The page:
Boundary work can also aid in contextualising current hand hygiene and PPE guidelines, by revealing their underlying spatial logic. For instance, the ‘five moments for hand hygiene’ protocol was developed from the differentiation of healthcare settings into distinct geographical areas: the patient zone and the healthcare zone, as well as two kinds of critical sites within the patient zone: ‘clean’ sites requiring protection from pathogens and body fluids or sites that potentially carry them.3 The five moments correspond to the points at which hands cross the boundaries between these zones.

Enacting the five moments would, therefore, be boundary work as we describe it. However, the WHO ‘five moments’ poster4 blurs this underlying spatial logic, by numbering and naming these moments to correspond with typical workflow patterns—for example, referring to before and after ‘a clean/aseptic procedure’ (a broad category of aseptic or invasive tasks) rather than ‘clean sites’. The problem with assuming the general applicability of these workflow patterns is that clinicians often find typical workflows interrupted and complicated by the constraints commonly reported as reasons for poor hand hygiene compliance.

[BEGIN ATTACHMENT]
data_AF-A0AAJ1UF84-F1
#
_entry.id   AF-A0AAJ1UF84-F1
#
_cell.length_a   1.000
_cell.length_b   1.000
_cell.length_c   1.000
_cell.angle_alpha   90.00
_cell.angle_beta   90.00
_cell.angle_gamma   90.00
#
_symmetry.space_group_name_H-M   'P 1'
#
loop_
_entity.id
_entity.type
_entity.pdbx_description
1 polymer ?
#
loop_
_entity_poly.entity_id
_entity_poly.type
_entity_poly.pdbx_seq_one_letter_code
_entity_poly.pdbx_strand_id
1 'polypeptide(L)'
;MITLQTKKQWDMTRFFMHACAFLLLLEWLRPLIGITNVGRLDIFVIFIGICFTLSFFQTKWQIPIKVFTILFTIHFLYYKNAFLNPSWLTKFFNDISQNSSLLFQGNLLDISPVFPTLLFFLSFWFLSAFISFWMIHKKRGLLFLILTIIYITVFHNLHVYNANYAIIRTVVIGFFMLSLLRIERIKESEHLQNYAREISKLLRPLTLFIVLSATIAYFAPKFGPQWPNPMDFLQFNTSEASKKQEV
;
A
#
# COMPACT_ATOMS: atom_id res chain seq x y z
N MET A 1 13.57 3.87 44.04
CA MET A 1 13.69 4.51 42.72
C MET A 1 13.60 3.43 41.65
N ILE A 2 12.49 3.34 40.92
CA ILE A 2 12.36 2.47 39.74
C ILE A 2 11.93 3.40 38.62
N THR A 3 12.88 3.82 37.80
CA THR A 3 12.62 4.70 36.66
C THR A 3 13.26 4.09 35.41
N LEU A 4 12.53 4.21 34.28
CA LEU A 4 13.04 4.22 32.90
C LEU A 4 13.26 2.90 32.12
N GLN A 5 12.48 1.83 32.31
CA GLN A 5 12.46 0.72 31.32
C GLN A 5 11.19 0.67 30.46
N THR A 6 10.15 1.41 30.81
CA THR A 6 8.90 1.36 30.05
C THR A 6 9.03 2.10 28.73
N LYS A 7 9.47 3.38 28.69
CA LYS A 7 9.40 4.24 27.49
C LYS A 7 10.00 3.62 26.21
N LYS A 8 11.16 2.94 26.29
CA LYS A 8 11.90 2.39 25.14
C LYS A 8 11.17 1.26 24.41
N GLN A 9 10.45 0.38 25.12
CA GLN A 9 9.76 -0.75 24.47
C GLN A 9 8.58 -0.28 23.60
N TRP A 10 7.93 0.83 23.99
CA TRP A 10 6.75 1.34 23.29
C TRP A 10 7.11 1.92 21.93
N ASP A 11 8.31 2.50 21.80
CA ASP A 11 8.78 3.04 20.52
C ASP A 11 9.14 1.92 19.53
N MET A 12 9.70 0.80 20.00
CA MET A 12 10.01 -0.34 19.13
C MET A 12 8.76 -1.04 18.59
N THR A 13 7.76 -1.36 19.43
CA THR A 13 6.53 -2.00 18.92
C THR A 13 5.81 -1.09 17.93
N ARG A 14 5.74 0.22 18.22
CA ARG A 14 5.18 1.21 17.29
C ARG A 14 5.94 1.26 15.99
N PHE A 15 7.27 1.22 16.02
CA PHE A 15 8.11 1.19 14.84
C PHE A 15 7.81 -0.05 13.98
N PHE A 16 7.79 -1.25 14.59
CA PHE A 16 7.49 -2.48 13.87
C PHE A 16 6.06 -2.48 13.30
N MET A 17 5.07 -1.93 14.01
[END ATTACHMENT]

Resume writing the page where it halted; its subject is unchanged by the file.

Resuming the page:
In short, the spatial logic that underlies the five moments is not made explicit; this can be confusing for healthcare workers needing to apply them to scenarios that do not correspond to standard workflow patterns. The five moments do not seem to apply, for instance, to touching a ‘clean site’ on a patient, such as the seal on an intravenous bag, after having already touched the patient, when no clinical procedure is involved—such as when moving it out of the way in a crowded room.